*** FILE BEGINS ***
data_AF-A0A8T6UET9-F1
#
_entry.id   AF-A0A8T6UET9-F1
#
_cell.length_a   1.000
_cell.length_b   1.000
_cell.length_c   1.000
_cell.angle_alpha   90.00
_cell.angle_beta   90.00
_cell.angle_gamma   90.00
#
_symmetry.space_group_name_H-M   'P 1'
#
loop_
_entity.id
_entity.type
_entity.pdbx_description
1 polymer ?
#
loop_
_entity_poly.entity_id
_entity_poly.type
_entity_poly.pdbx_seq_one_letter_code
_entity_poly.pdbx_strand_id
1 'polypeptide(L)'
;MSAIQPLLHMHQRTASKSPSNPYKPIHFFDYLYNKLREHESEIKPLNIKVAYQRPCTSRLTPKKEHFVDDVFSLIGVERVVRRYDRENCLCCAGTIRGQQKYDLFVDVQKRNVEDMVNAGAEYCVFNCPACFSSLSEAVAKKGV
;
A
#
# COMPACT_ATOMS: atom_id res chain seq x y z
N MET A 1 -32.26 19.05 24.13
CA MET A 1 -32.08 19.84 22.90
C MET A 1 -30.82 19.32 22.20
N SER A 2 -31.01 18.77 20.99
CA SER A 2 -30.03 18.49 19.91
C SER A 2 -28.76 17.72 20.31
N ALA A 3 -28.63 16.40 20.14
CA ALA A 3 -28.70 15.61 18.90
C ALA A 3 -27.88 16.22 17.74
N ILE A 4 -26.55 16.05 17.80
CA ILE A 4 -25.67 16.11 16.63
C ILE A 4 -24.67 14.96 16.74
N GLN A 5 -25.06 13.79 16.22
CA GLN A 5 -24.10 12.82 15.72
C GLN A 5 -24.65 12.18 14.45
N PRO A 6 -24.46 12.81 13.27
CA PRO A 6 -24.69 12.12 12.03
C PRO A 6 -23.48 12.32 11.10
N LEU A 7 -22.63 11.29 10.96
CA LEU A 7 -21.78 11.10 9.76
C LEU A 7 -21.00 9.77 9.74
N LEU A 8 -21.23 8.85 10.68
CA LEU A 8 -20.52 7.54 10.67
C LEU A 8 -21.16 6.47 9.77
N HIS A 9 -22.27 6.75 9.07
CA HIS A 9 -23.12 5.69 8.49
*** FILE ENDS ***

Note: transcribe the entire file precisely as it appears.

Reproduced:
data_AF-A0A8T6UET9-F1
#
_entry.id   AF-A0A8T6UET9-F1
#
_cell.length_a   1.000
_cell.length_b   1.000
_cell.length_c   1.000
_cell.angle_alpha   90.00
_cell.angle_beta   90.00
_cell.angle_gamma   90.00
#
_symmetry.space_group_name_H-M   'P 1'
#
loop_
_entity.id
_entity.type
_entity.pdbx_description
1 polymer ?
#
loop_
_entity_poly.entity_id
_entity_poly.type
_entity_poly.pdbx_seq_one_letter_code
_entity_poly.pdbx_strand_id
1 'polypeptide(L)'
;MSAIQPLLHMHQRTASKSPSNPYKPIHFFDYLYNKLREHESEIKPLNIKVAYQRPCTSRLTPKKEHFVDDVFSLIGVERVVRRYDRENCLCCAGTIRGQQKYDLFVDVQKRNVEDMVNAGAEYCVFNCPACFSSLSEAVAKKGV
;
A
#
# COMPACT_ATOMS: atom_id res chain seq x y z
N MET A 1 -32.26 19.05 24.13
CA MET A 1 -32.08 19.84 22.90
C MET A 1 -30.82 19.32 22.20
N SER A 2 -31.01 18.77 20.99
CA SER A 2 -30.03 18.49 19.91
C SER A 2 -28.76 17.72 20.31
N ALA A 3 -28.63 16.40 20.14
CA ALA A 3 -28.70 15.61 18.90
C ALA A 3 -27.88 16.22 17.74
N ILE A 4 -26.55 16.05 17.80
CA ILE A 4 -25.67 16.11 16.63
C ILE A 4 -24.67 14.96 16.74
N GLN A 5 -25.06 13.79 16.22
CA GLN A 5 -24.10 12.82 15.72
C GLN A 5 -24.65 12.18 14.45
N PRO A 6 -24.46 12.81 13.27
CA PRO A 6 -24.69 12.12 12.03
C PRO A 6 -23.48 12.32 11.10
N LEU A 7 -22.63 11.29 10.96
CA LEU A 7 -21.78 11.10 9.76
C LEU A 7 -21.00 9.77 9.74
N LEU A 8 -21.23 8.85 10.68
CA LEU A 8 -20.52 7.54 10.67
C LEU A 8 -21.16 6.47 9.77
N HIS A 9 -22.27 6.75 9.07
CA HIS A 9 -23.12 5.69 8.49